Developing ManagementSkills2
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Chapter 2 of Timothy Baldwin book: Developing Management Skills: What great managers say and do.

Chapter 2 of Timothy Baldwin book: Developing Management Skills: What great managers say and do.

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  • There is no one best answer. Generally a combination of all three is best. See p. 129 of the text.
  • The correct answer is B – information richness. See next slide.
  • The correct answer is C – listening. See next slide.

Transcript

  • 1. 2-1
  • 2. Developing Management Skills• Barbara M Fowler• bfowler@chiefoutsiders.com• www.chiefoutsiders.com 2-2
  • 3. Chapter 2 COMMUNICATIONMcGraw-Hill/Irwin Copyright © 2008 The McGraw-Hill Companies, Inc. All rights reserved.
  • 4. Learning Objectives1. Create a persuasive message which communicates personal credibility and evidence, while arousing people’s emotions.2. Deliver powerful presentations incorporating strategy, structure, support, style and supplements.3. Choose the appropriate media for communication in various circumstances. 2-4
  • 5. Learning Objectives4. Assertively communicate your wishes using empathy and unambiguous statements.5. Know what and how to communicate in a crisis situation.6. Actively listen to gain shared understanding. 2-5
  • 6. Model of theCommunication Process Insert figure 2-1 2-6
  • 7. Introduction• Communication – Sharing information with other people – Requires that people reach a common understanding 2-7
  • 8. Communication Myths• If you have a strong case, everyone will be convinced• Words mean what they mean• PowerPoint presentations are always the best way to persuade• Asser tive communication means being unbending or a jerk• Listening is a passive activity 2-8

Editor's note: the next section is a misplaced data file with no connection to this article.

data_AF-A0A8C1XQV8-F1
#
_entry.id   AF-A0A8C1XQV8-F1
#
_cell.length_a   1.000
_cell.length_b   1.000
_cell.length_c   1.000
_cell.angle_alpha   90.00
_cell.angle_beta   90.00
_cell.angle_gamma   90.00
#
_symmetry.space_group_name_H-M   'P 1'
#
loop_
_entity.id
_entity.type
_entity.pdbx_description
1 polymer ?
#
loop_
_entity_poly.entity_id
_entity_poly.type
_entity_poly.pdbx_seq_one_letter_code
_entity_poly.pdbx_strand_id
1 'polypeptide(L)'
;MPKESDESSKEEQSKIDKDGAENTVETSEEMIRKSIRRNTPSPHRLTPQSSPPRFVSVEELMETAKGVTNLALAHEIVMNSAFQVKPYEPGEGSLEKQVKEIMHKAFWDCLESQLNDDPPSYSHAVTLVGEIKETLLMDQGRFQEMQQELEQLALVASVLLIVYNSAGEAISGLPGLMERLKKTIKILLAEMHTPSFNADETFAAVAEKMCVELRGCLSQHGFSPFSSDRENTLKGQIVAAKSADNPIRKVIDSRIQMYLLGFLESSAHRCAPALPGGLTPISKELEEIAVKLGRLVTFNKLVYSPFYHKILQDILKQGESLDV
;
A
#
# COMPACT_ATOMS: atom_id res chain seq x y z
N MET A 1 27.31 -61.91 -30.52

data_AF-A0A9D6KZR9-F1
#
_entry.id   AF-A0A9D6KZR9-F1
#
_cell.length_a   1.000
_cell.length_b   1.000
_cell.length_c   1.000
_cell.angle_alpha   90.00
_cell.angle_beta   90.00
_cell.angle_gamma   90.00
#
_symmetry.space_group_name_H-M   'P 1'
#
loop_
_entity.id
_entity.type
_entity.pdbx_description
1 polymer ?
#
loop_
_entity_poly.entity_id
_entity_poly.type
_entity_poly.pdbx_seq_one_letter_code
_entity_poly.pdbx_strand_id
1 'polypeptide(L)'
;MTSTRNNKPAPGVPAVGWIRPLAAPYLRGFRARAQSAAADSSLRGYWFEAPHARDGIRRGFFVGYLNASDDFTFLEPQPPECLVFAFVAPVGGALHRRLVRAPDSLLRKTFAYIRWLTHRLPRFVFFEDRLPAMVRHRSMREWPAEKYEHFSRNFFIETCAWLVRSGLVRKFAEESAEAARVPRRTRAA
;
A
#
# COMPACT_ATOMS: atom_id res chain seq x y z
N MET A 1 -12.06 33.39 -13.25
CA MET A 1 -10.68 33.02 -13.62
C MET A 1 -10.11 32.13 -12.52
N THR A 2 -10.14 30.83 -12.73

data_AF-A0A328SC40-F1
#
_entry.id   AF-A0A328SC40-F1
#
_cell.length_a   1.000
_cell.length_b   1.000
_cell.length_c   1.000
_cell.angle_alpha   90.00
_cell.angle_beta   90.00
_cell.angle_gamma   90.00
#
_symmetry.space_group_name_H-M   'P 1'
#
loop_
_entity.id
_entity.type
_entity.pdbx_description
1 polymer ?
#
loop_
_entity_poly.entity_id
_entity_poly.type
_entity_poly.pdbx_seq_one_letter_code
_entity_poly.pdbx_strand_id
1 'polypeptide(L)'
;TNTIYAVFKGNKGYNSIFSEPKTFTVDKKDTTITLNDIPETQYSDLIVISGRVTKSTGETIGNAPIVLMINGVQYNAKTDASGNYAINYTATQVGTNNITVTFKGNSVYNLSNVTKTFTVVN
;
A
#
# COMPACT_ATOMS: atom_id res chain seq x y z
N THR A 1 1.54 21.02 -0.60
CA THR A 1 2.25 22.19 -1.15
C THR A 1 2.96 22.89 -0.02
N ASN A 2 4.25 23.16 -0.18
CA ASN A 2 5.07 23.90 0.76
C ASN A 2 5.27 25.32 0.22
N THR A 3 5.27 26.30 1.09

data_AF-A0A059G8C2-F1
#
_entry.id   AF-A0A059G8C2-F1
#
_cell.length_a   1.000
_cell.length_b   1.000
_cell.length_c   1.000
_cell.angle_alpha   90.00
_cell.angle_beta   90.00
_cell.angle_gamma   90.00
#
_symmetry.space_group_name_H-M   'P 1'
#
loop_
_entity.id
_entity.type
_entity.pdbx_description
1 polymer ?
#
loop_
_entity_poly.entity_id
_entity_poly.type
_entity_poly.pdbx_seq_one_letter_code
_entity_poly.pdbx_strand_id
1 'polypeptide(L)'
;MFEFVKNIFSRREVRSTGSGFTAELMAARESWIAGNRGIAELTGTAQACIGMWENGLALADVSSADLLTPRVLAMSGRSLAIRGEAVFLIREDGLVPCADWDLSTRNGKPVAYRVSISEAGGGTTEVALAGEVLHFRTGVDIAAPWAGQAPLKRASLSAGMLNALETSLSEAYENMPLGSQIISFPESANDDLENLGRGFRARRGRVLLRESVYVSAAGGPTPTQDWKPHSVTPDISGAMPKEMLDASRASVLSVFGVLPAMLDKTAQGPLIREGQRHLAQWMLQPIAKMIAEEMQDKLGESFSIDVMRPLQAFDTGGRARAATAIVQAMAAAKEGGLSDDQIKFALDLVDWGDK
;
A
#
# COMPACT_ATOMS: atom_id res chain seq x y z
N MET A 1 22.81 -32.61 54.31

• 9. Creating Persuasive MessagesAudience analysis• First and foremost rule of effective communication is to analyze your audience• Audience will be more persuaded by issues that directly affect them 2-9
  • 10. Three Elements of Persuasion• Ethos – personal credibility of a speaker• Pathos – emotional appeals in a message• Logos – logical arguments supporting a position 2-10
  • 11. Discussion Question?Which element of persuasion is the most effective? A. Ethos B. Pathos C. Logos D. Legos 2-11
  • 12. Ways to Enhance Your Ethos• Emphasize the ways that you are similar to your audience• Establish your authority and/or expertise 2-12
  • 13. Pathos• Most effective when speakers use stories and examples that are highly relevant to their listeners , or when listeners’ emotions are aroused in a way that prompts their compliance with a message 2-13
  • 14. Pathos• Fairness or reciprocity – relies on the universal human tendency for people to treat others as they are themselves treated• People react to drama – fear appeals, use of strong language, personal passion, storytelling 2-14
  • 15. Logos• Two obligations as a speaker – To construct logically sound arguments in support of your position – Find evidence in support of those claims 2-15
  • 16. Kinds of Arguments• Inductive – moves from talking about specific things to generalizing• Deductive – moves from the general to the specific 2-16
  • 17. Using Two-Sided Messages Effectively• Use a moderate amount of negative information• Negative information should come early in the presentation, but should not come first• Be sure you clearly show that the benefits of your proposal outweigh the costs you highlight with your negative information 2-17
  • 18. Types of Evidence• Statistics• Appeal to authority 2-18
  • 19. The 5 Ss of Persuasive Presentations• Strategy• Structure• Support• Style• Supplement 2-19
  • 20. Strategy• Who is my audience?• What is my goal?• Ethos, pathos, logos 2-20
  • 21. Structure• Determine the order in which you will present arguments 2-21
  • 22. Organizing Strategies for Persuasive Messages 2-22